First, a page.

1. Separated at the joints.
2. Out of joint; dislocated.
3. Lacking order or coherence
Ah Christmas, a time for busily trying to cobble together enough money to buy a seemingly endless amount of presents, a time for wandering around various towns desperately trying to judge hundreds of items through the eyes of a female, a time for worry, panic and the occasional seeing of friends and family. All of which means that this recap of Saturday’s buzz-kill will be a bit shorter than usual – which is fine, because it was rubbish.
‘Twas Aidy Boothroyd, he of 2006 promotion fame, who pronounced his Watford side’s 3-1 loss at Coventry in September of 2005 as ‘the best result of the season’. This was, of course, the at-that-point bubbly and always-positive Boothroyd putting a good spin on a poor result, but his point still stood – good starts to the season mean very little and that if you start to think you’re invincible, you’re destined for a fall.
I’m sure many Watford fans were approaching this game a bit more guardedly than usual, given Hull’s league position, and it is encouraging that despite playing so bloody awfully we could have, on the balance of chances (hitting the post, couple of goal line clearances and what not), got ourselves a point, but nevertheless, defeat might hold back a few from arranging their ‘Champions 12/13’ collage just yet.
To the game then. It was a match that won’t live long in anyone’s memory: Hull dominated our three man midfield, completely stifling our creative output, but did not create much themselves, leading to a pretty tedious first half. Watford were missing the silky link-up in the middle third that we have become so used to over the last few months.
No doubt, Hull’s bodies in the area contributed to this, diminishing space and cutting out passes with regularity, but almost all of the Watford players were not at the races. To say that the midfield were not on the same page is putting it lightly: while Mark Yeates was mouthing his way through the prologue of Twilight, Nathaniel Chalobah was finishing off Thus Spoke Zarathustra (judging by my girlfriend’s swooning, Marco Cassetti was probably busy by the corner flag penning his own version of Casanova’s memoirs). In the opening stages, several simple passes went astray and Manuel Almunia rolled a goal kick straight to a Hull attacker – setting the tone for the rest of the game.
Teams have come with bulky midfields before, and though the horrors of being completely shut down by Paul Jewell’s Ipswich still haunt my dreams, I thought that we had moved on, become savvier and had learnt to take a step back to take two forward. On Saturday, however, there was no patience; the defence didn’t calm down proceedings by getting their foot on the ball, playing around a bit and waiting for the gaps to develop in front of them. Instead, it was played directly into midfield, where it was quickly lost.
Meanwhile Almunia was having his first shocker in a Watford shirt. I counted three occasions where goal kicks played short ended up right at the feet of the opposition, and a few more quick throws to try and ignite counter attacks that just heaped pressure back on the defence. For the first goal he was beaten by a fine Corry Evans effort from the edge of the area that rebounded off the crossbar, but should have done much better with the weak header from Sunderland loanee David Meyler that he dove past as it looped into the middle of the goal. Joel Ekstrand, who has looked assured in the most part so far, should also have done more to challenge Meyler, who got his head to the ball unimpeded.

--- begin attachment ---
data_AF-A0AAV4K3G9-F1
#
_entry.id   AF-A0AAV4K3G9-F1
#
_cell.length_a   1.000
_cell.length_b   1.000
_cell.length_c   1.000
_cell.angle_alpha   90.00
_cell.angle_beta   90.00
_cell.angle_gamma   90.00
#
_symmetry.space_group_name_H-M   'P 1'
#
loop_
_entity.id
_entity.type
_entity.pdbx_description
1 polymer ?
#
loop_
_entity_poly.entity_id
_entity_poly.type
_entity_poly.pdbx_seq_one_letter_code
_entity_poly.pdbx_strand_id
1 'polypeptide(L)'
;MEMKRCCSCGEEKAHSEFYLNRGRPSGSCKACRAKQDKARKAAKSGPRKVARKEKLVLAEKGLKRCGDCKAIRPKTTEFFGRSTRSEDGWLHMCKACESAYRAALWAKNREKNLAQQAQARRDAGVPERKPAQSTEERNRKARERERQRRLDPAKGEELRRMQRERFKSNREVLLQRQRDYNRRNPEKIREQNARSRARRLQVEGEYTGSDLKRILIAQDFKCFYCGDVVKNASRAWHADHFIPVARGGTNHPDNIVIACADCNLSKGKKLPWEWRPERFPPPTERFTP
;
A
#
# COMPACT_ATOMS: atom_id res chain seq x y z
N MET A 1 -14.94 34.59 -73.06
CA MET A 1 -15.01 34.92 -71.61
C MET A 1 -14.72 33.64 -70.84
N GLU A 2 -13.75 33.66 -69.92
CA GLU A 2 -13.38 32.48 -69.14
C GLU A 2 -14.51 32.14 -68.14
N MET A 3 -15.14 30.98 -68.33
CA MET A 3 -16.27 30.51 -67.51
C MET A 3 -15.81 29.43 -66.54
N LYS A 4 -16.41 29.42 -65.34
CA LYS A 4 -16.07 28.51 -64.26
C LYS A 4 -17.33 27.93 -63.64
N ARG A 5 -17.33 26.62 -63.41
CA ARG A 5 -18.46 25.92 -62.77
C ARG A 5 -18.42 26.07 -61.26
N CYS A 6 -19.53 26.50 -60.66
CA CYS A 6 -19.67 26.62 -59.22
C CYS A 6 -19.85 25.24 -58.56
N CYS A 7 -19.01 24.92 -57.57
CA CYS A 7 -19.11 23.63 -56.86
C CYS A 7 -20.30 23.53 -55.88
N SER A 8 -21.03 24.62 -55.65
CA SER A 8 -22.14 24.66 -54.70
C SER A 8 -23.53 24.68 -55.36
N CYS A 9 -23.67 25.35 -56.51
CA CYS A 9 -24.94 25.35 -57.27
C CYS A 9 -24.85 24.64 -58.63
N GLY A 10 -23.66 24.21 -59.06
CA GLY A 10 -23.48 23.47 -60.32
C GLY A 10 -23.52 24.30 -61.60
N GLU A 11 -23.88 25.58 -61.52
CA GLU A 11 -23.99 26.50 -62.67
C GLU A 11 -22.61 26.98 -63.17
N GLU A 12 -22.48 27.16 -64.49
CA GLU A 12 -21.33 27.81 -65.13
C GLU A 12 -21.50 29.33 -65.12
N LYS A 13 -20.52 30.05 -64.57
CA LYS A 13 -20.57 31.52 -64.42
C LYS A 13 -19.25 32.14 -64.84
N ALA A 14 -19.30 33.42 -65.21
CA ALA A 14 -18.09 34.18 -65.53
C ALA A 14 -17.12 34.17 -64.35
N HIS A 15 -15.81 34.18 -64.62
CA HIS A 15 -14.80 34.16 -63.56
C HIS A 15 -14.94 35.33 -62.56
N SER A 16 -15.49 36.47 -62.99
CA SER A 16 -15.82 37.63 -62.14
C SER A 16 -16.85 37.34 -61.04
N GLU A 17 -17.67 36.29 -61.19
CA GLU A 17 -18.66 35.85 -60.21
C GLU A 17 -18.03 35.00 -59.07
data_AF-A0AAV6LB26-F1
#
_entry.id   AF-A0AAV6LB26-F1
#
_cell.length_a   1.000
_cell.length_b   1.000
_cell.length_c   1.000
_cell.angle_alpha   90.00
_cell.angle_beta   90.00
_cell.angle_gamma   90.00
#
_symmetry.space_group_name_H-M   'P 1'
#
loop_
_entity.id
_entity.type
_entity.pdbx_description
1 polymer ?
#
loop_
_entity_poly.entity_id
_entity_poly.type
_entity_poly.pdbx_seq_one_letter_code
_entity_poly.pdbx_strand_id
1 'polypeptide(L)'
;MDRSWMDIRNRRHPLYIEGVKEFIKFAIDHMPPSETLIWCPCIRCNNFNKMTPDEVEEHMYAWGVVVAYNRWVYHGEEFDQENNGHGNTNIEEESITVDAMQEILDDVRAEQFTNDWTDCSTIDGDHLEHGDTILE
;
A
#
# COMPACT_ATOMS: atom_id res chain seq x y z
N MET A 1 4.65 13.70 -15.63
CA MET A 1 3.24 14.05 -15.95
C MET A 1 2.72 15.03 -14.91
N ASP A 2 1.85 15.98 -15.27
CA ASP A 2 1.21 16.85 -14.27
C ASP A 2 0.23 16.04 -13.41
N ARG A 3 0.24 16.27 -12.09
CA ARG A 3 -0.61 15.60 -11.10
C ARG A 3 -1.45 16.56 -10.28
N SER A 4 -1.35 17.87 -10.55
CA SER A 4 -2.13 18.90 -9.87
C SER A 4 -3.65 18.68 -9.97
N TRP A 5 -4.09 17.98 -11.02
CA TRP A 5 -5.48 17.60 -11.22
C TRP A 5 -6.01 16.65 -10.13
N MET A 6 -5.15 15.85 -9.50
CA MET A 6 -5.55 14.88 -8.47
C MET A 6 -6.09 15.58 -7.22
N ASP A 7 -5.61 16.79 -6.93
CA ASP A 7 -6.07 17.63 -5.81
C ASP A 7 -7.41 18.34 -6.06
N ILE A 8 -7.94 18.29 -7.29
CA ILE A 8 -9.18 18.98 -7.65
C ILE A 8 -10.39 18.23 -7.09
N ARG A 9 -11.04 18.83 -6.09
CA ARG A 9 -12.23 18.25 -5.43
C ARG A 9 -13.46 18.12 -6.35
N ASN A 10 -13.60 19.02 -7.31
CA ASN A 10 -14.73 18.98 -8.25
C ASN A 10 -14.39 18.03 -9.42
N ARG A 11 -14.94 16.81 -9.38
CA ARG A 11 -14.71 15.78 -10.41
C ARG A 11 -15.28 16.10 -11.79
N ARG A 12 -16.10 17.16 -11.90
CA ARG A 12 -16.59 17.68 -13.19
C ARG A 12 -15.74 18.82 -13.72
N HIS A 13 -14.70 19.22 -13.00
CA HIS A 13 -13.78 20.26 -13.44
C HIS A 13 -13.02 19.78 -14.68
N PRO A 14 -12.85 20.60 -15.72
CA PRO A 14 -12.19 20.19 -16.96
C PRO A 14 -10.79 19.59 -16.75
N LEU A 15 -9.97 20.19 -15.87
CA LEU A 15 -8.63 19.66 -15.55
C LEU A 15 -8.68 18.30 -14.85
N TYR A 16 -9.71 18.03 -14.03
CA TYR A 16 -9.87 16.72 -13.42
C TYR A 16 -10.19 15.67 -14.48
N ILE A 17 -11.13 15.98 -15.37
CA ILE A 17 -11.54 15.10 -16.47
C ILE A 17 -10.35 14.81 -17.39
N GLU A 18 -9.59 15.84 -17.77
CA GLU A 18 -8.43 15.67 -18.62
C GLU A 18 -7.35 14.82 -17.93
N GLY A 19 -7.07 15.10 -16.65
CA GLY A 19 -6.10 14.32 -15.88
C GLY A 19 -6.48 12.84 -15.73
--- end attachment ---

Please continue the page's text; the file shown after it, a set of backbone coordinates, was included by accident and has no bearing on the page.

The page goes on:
It was Ekstrand who was sacrificed by Zola at half time, with Cassetti moving to centre half to accommodate for the more direct Ikechi Anya at wing back.
The second half was a bit better. The bulk of play was certainly migrating towards the Hull goal. A goal up away to the form team in the division, Hull were not hell-bent on having a football match in the second half, eating up as much time as possible by writing around on the ground and kicking the ball away with regularity. In their defence, I would have expected it from my own team in their situation, though the referee did little to control the game management.
The second goal presented a microcosm of Watford’s failings: Fitz Hall controlled sloppily on the edge of the area and in trying to recover the situation scythed down the lurking attacker. Robbie Brady struck the free-kick well, hitting the crossbar, only for the ball to cannon back into Almunia’s flailing arm and into the goal.
To Zola’s credit, he did not give up, and made more attacking substitutions, bringing Alex Geijo on for Hall and Almen Abdi on for the ineffective Daniel Pudil. For the last fifteen minutes or so, Watford lined up with a 2-3-5 formation, one that did not cause the excellent Tommie Hoban any issues, but which did not prevent a glut of chances itself.
A goal was clawed back when David Stockdale completely bottled a challenge with Troy Deeney who slid onto a through ball from Abdi to roll the ball off the post and into the back of the net.
There wasn’t really much more to it than that, Watford didn’t play well, Hull did. It could be that this knockback is good for us at this stage of the season, that we know that we have to go into games expecting a battle. This could be a defining game of the season, or it could be completely forgotten within a week or two (you’ve probably already forgotten it).
Almost certainly the latter.